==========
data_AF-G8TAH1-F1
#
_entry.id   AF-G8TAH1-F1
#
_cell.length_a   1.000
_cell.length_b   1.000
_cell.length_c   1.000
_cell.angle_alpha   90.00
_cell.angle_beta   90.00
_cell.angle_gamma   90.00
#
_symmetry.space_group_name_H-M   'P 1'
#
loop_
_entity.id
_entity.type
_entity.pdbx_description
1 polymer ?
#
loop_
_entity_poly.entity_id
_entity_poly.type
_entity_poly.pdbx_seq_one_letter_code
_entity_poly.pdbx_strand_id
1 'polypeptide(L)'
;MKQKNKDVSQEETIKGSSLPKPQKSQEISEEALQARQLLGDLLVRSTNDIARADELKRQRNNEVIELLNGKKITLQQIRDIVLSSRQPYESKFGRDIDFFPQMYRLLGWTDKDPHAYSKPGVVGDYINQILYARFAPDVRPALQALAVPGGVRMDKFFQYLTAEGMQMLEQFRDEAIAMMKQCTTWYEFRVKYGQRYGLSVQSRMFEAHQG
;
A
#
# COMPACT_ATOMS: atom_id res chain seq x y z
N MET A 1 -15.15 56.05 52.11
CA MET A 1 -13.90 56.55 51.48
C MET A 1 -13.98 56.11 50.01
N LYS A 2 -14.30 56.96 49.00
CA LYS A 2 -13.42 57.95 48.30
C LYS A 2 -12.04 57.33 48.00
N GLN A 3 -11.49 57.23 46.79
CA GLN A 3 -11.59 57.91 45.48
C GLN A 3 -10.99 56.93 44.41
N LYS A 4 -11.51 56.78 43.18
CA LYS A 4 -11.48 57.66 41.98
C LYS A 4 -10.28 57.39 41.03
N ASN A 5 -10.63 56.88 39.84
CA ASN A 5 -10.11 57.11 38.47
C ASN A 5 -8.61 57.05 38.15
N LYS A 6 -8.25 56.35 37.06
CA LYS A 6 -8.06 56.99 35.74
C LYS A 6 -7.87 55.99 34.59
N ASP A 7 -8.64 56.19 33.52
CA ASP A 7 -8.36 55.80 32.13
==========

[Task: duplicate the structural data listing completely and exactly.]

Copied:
data_AF-G8TAH1-F1
#
_entry.id   AF-G8TAH1-F1
#
_cell.length_a   1.000
_cell.length_b   1.000
_cell.length_c   1.000
_cell.angle_alpha   90.00
_cell.angle_beta   90.00
_cell.angle_gamma   90.00
#
_symmetry.space_group_name_H-M   'P 1'
#
loop_
_entity.id
_entity.type
_entity.pdbx_description
1 polymer ?
#
loop_
_entity_poly.entity_id
_entity_poly.type
_entity_poly.pdbx_seq_one_letter_code
_entity_poly.pdbx_strand_id
1 'polypeptide(L)'
;MKQKNKDVSQEETIKGSSLPKPQKSQEISEEALQARQLLGDLLVRSTNDIARADELKRQRNNEVIELLNGKKITLQQIRDIVLSSRQPYESKFGRDIDFFPQMYRLLGWTDKDPHAYSKPGVVGDYINQILYARFAPDVRPALQALAVPGGVRMDKFFQYLTAEGMQMLEQFRDEAIAMMKQCTTWYEFRVKYGQRYGLSVQSRMFEAHQG
;
A
#
# COMPACT_ATOMS: atom_id res chain seq x y z
N MET A 1 -15.15 56.05 52.11
CA MET A 1 -13.90 56.55 51.48
C MET A 1 -13.98 56.11 50.01
N LYS A 2 -14.30 56.96 49.00
CA LYS A 2 -13.42 57.95 48.30
C LYS A 2 -12.04 57.33 48.00
N GLN A 3 -11.49 57.23 46.79
CA GLN A 3 -11.59 57.91 45.48
C GLN A 3 -10.99 56.93 44.41
N LYS A 4 -11.51 56.78 43.18
CA LYS A 4 -11.48 57.66 41.98
C LYS A 4 -10.28 57.39 41.03
N ASN A 5 -10.63 56.88 39.84
CA ASN A 5 -10.11 57.11 38.47
C ASN A 5 -8.61 57.05 38.15
N LYS A 6 -8.25 56.35 37.06
CA LYS A 6 -8.06 56.99 35.74
C LYS A 6 -7.87 55.99 34.59
N ASP A 7 -8.64 56.19 33.52
CA ASP A 7 -8.36 55.80 32.13